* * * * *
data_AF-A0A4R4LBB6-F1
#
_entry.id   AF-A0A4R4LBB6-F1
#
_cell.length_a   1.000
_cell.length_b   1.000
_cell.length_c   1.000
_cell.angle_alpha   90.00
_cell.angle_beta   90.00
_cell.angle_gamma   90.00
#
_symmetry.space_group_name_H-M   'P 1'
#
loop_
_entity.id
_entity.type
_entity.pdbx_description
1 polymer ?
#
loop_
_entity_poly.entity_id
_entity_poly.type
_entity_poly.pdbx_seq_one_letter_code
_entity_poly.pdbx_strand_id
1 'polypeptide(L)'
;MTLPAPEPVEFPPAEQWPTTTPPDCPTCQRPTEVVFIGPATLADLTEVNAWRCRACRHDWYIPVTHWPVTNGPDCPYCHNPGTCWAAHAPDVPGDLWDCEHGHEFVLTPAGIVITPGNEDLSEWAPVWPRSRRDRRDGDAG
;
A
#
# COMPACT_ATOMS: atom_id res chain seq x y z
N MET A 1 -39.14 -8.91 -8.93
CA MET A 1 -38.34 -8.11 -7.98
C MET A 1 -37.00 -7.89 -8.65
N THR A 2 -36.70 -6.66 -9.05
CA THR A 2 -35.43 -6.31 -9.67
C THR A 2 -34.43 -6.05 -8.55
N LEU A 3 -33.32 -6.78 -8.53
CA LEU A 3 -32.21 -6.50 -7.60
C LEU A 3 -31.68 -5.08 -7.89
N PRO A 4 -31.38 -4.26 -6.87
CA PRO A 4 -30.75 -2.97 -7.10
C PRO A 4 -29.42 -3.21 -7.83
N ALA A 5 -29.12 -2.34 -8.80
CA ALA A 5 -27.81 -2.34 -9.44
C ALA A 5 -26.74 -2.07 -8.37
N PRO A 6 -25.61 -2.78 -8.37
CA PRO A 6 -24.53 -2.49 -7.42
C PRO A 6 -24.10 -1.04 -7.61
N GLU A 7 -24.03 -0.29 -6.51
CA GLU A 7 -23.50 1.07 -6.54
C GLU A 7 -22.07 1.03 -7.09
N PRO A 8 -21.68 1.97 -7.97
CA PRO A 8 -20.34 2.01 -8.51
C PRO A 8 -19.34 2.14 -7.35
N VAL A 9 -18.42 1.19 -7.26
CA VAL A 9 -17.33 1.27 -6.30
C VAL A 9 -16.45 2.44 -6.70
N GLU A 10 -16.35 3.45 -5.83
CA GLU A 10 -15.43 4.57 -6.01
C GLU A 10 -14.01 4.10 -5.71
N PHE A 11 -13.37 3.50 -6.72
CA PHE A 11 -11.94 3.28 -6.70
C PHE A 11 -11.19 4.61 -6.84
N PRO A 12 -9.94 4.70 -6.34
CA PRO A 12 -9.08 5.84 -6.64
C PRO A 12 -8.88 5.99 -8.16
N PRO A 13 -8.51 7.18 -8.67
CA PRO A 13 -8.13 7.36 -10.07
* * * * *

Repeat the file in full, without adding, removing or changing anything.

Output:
data_AF-A0A4R4LBB6-F1
#
_entry.id   AF-A0A4R4LBB6-F1
#
_cell.length_a   1.000
_cell.length_b   1.000
_cell.length_c   1.000
_cell.angle_alpha   90.00
_cell.angle_beta   90.00
_cell.angle_gamma   90.00
#
_symmetry.space_group_name_H-M   'P 1'
#
loop_
_entity.id
_entity.type
_entity.pdbx_description
1 polymer ?
#
loop_
_entity_poly.entity_id
_entity_poly.type
_entity_poly.pdbx_seq_one_letter_code
_entity_poly.pdbx_strand_id
1 'polypeptide(L)'
;MTLPAPEPVEFPPAEQWPTTTPPDCPTCQRPTEVVFIGPATLADLTEVNAWRCRACRHDWYIPVTHWPVTNGPDCPYCHNPGTCWAAHAPDVPGDLWDCEHGHEFVLTPAGIVITPGNEDLSEWAPVWPRSRRDRRDGDAG
;
A
#
# COMPACT_ATOMS: atom_id res chain seq x y z
N MET A 1 -39.14 -8.91 -8.93
CA MET A 1 -38.34 -8.11 -7.98
C MET A 1 -37.00 -7.89 -8.65
N THR A 2 -36.70 -6.66 -9.05
CA THR A 2 -35.43 -6.31 -9.67
C THR A 2 -34.43 -6.05 -8.55
N LEU A 3 -33.32 -6.78 -8.53
CA LEU A 3 -32.21 -6.50 -7.60
C LEU A 3 -31.68 -5.08 -7.89
N PRO A 4 -31.38 -4.26 -6.87
CA PRO A 4 -30.75 -2.97 -7.10
C PRO A 4 -29.42 -3.21 -7.83
N ALA A 5 -29.12 -2.34 -8.80
CA ALA A 5 -27.81 -2.34 -9.44
C ALA A 5 -26.74 -2.07 -8.37
N PRO A 6 -25.61 -2.78 -8.37
CA PRO A 6 -24.53 -2.49 -7.42
C PRO A 6 -24.10 -1.04 -7.61
N GLU A 7 -24.03 -0.29 -6.51
CA GLU A 7 -23.50 1.07 -6.54
C GLU A 7 -22.07 1.03 -7.09
N PRO A 8 -21.68 1.97 -7.97
CA PRO A 8 -20.34 2.01 -8.51
C PRO A 8 -19.34 2.14 -7.35
N VAL A 9 -18.42 1.19 -7.26
CA VAL A 9 -17.33 1.27 -6.30
C VAL A 9 -16.45 2.44 -6.70
N GLU A 10 -16.35 3.45 -5.83
CA GLU A 10 -15.43 4.57 -6.01
C GLU A 10 -14.01 4.10 -5.71
N PHE A 11 -13.37 3.50 -6.72
CA PHE A 11 -11.94 3.28 -6.70
C PHE A 11 -11.19 4.61 -6.84
N PRO A 12 -9.94 4.70 -6.34
CA PRO A 12 -9.08 5.84 -6.64
C PRO A 12 -8.88 5.99 -8.16
N PRO A 13 -8.51 7.18 -8.67
CA PRO A 13 -8.13 7.36 -10.07